You can’t get much closer to authentic New England than a sugarhouse in March. I have fond memories of looking into open vats of boiling maple sap. This was in and around a cold walk outside to watch the sap drip into buckets that were nailed onto trees and then sharing a dill pickle served with maple syrup. (If you’re not mad about maple on that dill pickle, they usually serve coffee and homemade donuts too.)
It takes about forty gallons of maple sap to make one gallon of maple syrup. New England produces millions of gallons of maple syrup. I would venture to say that sugarhouses are still very much a family oriented business though many have shut down over the years in response to the stiff competition of big business. Some persevere even though it is no longer a profitable enterprise because that is what their families have always done.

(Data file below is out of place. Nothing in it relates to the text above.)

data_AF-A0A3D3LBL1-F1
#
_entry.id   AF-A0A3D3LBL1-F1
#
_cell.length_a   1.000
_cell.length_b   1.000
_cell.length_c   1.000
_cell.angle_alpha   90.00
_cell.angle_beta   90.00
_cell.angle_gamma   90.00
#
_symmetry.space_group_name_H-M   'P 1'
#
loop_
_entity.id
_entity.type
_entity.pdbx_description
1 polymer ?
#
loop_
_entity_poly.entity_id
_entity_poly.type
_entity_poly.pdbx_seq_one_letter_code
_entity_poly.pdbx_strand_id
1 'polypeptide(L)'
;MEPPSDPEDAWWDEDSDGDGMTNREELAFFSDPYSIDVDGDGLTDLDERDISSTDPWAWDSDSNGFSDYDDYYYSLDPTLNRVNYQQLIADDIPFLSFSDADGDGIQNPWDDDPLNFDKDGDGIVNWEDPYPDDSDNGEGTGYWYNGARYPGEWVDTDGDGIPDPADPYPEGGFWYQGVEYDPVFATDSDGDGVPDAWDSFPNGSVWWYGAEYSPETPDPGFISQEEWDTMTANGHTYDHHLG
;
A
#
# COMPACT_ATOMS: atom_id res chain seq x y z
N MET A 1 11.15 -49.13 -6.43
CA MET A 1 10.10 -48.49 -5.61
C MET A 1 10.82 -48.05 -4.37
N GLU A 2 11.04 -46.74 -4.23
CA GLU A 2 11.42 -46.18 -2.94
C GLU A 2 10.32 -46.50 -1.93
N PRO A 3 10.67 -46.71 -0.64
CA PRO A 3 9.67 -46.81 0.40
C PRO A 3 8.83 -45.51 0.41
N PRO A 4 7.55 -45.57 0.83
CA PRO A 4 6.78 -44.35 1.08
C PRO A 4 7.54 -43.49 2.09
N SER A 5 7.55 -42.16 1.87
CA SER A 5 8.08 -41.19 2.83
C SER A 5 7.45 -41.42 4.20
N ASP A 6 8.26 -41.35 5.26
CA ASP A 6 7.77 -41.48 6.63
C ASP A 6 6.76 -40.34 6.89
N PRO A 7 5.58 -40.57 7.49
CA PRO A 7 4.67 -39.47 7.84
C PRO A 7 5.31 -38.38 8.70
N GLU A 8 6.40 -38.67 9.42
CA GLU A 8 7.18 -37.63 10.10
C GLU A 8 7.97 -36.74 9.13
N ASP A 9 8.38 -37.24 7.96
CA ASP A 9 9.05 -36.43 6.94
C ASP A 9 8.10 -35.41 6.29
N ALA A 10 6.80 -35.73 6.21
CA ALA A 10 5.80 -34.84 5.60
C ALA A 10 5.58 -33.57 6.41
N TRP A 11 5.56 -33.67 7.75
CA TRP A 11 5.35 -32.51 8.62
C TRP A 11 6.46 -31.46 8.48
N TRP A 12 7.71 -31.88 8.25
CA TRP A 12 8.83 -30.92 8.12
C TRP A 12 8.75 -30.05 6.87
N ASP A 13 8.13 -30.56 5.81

March is generally the time when sugarhouses are boiling sap and open to customers. I can’t recall being in any New England sugarhouse where you weren’t welcome to ask questions and watch the sap-to-maple syrup process. If you like maple syrup, do consider real maple syrup. If you’re in New England, please give the local syrup a try. If you are traveling in New England in March, check out a maple sugar shack. If you live in New England, consider making your own. My brother taps his maple tree and generally gets a gallon of syrup each season.
Click HERE for general information on maple sugar.
Click HERE for a short list of New England sugarhouses.
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